Sprague-Dawley rats are a strain of albino laboratory rats that are widely used in scientific research. They were first developed by researchers H.H. Sprague and R.C. Dawley in the early 20th century, and have since become one of the most commonly used rat strains in biomedical research due to their relatively large size, ease of handling, and consistent genetic background.

Sprague-Dawley rats are outbred, which means that they are genetically diverse and do not suffer from the same limitations as inbred strains, which can have reduced fertility and increased susceptibility to certain diseases. They are also characterized by their docile nature and low levels of aggression, making them easier to handle and study than some other rat strains.

These rats are used in a wide variety of research areas, including toxicology, pharmacology, nutrition, cancer, and behavioral studies. Because they are genetically diverse, Sprague-Dawley rats can be used to model a range of human diseases and conditions, making them an important tool in the development of new drugs and therapies.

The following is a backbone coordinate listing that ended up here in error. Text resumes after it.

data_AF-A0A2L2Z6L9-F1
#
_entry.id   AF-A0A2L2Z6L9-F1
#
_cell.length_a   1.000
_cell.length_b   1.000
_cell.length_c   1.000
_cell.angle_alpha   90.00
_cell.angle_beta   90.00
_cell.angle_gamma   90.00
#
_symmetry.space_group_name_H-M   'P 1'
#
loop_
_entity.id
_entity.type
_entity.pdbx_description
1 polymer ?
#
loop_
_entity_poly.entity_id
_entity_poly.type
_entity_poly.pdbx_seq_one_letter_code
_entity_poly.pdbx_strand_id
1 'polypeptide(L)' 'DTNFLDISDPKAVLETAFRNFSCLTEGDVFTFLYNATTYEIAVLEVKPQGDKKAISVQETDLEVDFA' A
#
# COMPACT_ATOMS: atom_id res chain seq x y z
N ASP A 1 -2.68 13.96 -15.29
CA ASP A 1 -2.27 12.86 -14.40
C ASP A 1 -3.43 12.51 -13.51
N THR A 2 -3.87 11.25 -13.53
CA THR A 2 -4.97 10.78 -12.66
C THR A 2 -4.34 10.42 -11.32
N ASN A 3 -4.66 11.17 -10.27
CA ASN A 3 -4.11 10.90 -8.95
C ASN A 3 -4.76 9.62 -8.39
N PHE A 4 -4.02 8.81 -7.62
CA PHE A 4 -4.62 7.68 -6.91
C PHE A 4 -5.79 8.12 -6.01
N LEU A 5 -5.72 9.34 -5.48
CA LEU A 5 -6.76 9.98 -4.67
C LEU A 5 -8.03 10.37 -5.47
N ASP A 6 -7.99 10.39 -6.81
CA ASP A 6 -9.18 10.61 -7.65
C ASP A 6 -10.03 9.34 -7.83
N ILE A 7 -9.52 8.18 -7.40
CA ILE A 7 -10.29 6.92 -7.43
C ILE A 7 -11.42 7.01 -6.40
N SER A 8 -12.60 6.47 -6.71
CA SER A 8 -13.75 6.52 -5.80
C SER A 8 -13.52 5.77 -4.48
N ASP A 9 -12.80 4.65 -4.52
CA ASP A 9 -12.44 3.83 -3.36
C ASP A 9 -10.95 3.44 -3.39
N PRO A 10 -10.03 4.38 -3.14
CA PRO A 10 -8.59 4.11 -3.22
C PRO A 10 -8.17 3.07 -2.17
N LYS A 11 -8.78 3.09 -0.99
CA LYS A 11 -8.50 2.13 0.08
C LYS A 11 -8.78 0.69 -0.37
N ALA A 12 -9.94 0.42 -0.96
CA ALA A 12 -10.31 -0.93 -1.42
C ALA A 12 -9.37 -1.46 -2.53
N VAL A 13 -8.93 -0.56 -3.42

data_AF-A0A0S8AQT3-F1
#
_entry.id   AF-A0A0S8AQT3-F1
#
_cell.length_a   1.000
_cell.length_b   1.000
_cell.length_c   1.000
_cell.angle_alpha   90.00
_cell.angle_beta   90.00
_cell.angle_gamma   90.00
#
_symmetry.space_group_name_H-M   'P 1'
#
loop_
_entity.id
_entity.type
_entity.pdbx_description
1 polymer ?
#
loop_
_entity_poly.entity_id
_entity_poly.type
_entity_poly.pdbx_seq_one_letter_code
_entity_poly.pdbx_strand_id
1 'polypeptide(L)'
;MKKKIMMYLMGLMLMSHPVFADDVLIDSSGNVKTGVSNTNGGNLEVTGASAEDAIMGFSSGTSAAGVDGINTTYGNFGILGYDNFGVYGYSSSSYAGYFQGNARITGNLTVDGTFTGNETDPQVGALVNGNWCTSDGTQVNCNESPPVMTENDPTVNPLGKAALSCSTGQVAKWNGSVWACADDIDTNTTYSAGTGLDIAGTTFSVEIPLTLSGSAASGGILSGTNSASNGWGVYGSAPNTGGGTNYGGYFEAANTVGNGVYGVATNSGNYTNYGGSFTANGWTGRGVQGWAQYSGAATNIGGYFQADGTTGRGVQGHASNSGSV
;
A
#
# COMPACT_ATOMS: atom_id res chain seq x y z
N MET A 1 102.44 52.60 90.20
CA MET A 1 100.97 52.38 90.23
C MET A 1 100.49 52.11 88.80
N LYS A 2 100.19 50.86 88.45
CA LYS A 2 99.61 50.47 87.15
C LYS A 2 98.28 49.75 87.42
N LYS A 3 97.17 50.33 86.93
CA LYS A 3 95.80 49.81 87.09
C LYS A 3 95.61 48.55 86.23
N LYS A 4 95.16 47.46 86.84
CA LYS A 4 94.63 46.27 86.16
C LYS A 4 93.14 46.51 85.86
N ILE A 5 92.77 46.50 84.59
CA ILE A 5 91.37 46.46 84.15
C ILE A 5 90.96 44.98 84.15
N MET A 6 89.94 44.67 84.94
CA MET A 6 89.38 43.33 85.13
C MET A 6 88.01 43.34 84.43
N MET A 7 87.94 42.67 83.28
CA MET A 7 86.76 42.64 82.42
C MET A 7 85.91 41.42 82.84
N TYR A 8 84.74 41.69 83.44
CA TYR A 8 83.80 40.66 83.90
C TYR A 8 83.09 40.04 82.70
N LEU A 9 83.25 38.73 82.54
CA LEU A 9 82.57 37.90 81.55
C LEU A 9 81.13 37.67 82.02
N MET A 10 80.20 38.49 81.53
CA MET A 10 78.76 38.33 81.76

Animal disease models are specialized animals, typically rodents such as mice or rats, that have been genetically engineered or exposed to certain conditions to develop symptoms and physiological changes similar to those seen in human diseases. These models are used in medical research to study the pathophysiology of diseases, identify potential therapeutic targets, test drug efficacy and safety, and understand disease mechanisms.

The genetic modifications can include knockout or knock-in mutations, transgenic expression of specific genes, or RNA interference techniques. The animals may also be exposed to environmental factors such as chemicals, radiation, or infectious agents to induce the disease state.

Examples of animal disease models include:

1. Mouse models of cancer: Genetically engineered mice that develop various types of tumors, allowing researchers to study cancer initiation, progression, and metastasis.
2. Alzheimer's disease models: Transgenic mice expressing mutant human genes associated with Alzheimer's disease, which exhibit amyloid plaque formation and cognitive decline.